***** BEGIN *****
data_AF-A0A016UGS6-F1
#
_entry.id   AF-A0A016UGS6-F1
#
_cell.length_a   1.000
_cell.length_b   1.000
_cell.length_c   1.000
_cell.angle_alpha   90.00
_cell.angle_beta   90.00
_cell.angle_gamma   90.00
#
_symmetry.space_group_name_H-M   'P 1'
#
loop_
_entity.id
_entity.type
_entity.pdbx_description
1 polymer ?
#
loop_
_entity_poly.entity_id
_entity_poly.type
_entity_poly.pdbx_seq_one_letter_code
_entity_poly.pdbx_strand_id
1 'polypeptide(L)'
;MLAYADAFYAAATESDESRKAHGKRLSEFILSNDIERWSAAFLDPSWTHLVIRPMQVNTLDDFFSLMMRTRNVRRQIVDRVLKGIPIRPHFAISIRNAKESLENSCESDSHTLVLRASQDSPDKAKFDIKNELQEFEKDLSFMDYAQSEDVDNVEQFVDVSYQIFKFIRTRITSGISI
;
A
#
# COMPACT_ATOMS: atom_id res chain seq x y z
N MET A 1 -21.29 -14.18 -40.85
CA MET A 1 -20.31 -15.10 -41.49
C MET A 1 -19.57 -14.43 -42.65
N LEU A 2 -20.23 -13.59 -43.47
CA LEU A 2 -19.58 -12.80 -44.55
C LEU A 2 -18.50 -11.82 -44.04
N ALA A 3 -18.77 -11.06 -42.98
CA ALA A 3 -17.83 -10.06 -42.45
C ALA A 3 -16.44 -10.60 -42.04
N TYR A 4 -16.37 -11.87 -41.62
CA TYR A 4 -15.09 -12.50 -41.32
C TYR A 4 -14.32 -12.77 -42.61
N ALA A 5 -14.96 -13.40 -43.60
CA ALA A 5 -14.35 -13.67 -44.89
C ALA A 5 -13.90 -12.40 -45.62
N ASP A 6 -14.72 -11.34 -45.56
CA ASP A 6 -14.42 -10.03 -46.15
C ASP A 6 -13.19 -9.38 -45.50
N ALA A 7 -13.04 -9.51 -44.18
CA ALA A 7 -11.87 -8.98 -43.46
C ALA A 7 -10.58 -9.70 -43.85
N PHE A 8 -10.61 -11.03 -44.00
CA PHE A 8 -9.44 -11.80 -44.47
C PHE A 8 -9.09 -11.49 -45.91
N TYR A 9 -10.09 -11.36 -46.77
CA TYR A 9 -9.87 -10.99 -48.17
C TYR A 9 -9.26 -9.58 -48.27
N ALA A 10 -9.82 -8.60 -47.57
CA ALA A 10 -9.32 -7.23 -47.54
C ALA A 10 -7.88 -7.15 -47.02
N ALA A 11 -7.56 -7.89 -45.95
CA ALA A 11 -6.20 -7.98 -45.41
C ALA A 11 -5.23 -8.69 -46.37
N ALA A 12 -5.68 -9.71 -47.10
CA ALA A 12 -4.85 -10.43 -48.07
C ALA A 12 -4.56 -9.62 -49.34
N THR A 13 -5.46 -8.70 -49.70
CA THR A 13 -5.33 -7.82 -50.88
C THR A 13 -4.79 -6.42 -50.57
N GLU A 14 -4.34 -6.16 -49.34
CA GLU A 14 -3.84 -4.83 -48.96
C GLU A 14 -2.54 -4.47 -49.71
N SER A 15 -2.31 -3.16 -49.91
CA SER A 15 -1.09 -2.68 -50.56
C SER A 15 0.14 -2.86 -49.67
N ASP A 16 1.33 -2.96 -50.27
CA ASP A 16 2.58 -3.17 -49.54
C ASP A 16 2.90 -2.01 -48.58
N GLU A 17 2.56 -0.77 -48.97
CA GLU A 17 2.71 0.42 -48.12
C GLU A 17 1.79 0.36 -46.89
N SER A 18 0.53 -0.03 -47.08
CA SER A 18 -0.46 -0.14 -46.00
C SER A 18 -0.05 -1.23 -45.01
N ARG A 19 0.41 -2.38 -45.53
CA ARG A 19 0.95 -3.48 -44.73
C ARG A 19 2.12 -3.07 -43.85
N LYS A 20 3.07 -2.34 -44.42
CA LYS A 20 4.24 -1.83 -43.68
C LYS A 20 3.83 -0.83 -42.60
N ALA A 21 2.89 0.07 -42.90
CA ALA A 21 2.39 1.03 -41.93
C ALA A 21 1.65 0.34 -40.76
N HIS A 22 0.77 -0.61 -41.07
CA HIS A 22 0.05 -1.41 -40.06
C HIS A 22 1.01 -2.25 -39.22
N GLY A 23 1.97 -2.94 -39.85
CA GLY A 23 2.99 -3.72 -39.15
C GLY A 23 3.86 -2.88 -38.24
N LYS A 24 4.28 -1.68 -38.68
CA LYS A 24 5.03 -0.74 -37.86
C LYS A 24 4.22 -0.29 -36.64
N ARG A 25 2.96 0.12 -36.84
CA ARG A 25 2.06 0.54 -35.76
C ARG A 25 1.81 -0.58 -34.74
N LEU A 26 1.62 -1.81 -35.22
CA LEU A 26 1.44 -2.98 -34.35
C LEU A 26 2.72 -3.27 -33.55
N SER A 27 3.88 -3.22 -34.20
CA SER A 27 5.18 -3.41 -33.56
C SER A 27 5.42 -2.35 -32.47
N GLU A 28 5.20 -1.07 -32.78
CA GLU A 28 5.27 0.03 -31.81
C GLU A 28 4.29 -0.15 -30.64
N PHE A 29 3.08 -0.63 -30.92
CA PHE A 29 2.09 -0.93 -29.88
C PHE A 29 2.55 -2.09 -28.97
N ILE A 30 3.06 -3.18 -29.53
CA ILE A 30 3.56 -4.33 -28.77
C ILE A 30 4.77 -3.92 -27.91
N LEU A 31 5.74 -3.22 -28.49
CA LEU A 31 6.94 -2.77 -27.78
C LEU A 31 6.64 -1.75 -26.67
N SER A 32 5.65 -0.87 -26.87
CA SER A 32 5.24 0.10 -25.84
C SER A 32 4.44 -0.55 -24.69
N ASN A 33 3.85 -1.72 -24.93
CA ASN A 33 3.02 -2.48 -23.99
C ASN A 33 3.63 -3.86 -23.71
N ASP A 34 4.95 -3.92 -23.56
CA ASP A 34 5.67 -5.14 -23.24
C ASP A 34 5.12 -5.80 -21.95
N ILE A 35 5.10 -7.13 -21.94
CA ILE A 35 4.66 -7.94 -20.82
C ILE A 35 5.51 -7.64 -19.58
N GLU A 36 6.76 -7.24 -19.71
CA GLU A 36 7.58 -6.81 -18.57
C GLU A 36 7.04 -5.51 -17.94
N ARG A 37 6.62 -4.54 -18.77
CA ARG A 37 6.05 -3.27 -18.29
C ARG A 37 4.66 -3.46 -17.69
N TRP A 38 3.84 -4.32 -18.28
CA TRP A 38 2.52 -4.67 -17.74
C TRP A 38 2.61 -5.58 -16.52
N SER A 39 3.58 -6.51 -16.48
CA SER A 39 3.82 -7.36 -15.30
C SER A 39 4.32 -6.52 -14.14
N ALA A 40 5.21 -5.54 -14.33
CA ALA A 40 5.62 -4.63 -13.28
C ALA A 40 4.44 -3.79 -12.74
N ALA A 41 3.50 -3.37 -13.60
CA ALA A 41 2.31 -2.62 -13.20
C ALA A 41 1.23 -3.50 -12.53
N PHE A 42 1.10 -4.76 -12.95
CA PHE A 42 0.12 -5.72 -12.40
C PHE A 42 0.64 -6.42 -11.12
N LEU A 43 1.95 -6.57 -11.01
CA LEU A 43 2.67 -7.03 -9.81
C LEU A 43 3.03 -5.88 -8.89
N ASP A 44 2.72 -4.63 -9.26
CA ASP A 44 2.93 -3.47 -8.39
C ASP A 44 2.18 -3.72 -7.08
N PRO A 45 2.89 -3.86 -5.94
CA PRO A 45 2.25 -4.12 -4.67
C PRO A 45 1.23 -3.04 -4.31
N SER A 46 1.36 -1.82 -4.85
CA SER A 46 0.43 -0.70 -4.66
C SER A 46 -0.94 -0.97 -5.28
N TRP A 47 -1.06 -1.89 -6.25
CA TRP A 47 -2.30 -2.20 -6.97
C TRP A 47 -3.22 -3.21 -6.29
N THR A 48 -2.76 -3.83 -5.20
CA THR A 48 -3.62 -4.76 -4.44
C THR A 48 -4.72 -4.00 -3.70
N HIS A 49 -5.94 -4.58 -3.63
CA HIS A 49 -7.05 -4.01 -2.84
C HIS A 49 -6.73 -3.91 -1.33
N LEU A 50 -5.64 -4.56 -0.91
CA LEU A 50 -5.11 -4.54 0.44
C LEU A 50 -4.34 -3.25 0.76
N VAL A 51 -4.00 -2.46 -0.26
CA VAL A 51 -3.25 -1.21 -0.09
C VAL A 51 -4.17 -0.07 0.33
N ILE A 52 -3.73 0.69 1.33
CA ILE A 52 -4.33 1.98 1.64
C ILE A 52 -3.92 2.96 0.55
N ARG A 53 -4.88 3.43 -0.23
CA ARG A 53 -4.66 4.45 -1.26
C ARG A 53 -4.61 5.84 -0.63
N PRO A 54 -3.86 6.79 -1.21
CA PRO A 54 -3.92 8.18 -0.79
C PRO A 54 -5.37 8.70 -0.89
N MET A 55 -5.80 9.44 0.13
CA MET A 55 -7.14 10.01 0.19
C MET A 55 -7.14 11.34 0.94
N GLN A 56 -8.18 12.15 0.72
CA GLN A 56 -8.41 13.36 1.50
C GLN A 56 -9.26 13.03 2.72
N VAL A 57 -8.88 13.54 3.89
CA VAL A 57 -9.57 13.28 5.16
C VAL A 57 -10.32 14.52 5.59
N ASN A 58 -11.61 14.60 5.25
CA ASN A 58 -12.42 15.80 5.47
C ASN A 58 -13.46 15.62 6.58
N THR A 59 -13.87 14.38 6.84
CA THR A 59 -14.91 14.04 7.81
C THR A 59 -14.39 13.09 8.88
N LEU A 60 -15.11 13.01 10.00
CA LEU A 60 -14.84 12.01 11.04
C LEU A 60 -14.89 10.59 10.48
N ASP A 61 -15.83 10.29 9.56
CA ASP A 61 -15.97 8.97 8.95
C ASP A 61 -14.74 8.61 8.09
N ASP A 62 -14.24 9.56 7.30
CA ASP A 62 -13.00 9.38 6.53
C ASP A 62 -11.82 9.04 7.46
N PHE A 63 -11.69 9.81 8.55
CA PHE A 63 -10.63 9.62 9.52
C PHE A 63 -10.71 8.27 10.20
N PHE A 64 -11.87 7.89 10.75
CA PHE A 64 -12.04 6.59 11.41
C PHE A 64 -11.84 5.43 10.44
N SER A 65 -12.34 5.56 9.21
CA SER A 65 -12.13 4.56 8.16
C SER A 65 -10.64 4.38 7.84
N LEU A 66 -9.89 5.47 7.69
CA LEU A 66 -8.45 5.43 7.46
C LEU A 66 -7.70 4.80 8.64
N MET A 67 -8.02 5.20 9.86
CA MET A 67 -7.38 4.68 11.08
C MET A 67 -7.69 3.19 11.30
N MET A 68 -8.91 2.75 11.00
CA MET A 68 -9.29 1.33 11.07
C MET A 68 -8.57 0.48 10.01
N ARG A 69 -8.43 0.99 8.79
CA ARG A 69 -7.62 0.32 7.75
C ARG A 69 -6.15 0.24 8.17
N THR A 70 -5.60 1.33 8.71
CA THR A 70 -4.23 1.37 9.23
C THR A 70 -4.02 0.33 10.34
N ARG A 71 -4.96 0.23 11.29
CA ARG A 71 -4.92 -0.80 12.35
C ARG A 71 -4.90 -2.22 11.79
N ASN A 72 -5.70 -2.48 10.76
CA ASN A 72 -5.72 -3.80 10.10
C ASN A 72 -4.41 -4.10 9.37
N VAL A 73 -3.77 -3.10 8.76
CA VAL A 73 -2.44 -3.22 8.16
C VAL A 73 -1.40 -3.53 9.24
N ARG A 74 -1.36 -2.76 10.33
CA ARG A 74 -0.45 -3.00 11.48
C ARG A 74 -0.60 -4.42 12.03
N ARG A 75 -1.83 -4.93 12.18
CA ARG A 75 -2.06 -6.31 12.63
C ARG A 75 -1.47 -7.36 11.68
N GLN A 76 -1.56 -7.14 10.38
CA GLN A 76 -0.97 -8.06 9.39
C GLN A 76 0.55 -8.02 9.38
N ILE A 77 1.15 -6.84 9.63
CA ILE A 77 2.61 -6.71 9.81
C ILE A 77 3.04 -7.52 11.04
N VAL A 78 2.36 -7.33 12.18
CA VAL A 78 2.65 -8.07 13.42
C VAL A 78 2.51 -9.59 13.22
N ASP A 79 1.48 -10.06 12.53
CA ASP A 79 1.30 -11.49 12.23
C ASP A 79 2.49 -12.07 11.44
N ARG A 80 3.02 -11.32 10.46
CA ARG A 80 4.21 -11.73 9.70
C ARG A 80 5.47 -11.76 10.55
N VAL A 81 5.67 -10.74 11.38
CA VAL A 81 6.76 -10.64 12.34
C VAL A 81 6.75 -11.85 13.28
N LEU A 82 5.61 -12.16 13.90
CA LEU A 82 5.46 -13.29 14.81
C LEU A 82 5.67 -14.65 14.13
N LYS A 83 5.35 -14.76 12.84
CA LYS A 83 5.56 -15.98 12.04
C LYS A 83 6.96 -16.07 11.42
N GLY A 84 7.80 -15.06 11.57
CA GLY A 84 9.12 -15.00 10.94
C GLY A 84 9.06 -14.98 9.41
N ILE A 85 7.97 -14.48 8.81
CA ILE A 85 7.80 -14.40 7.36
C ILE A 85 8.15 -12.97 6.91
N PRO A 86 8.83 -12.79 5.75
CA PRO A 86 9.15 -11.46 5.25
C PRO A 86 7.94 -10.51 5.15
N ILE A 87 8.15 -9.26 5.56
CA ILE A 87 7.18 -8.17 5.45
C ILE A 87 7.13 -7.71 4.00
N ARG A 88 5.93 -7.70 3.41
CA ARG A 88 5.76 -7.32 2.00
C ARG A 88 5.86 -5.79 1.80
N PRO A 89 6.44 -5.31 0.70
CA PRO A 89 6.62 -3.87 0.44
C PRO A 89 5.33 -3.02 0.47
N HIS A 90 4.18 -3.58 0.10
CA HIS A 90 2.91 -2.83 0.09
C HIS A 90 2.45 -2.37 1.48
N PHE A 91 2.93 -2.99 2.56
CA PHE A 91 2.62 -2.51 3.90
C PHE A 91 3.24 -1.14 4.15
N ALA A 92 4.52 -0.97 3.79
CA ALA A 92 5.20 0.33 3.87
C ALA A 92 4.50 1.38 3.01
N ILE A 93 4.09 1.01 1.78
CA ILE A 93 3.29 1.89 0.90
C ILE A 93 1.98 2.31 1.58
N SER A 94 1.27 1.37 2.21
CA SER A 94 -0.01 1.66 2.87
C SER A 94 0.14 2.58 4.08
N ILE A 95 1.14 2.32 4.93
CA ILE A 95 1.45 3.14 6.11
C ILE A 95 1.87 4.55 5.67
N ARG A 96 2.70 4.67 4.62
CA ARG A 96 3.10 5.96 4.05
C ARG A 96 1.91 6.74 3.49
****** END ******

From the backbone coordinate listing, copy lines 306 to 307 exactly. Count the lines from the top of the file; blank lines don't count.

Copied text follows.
C ALA A 92 4.50 1.38 3.01
N ILE A 93 4.09 1.01 1.78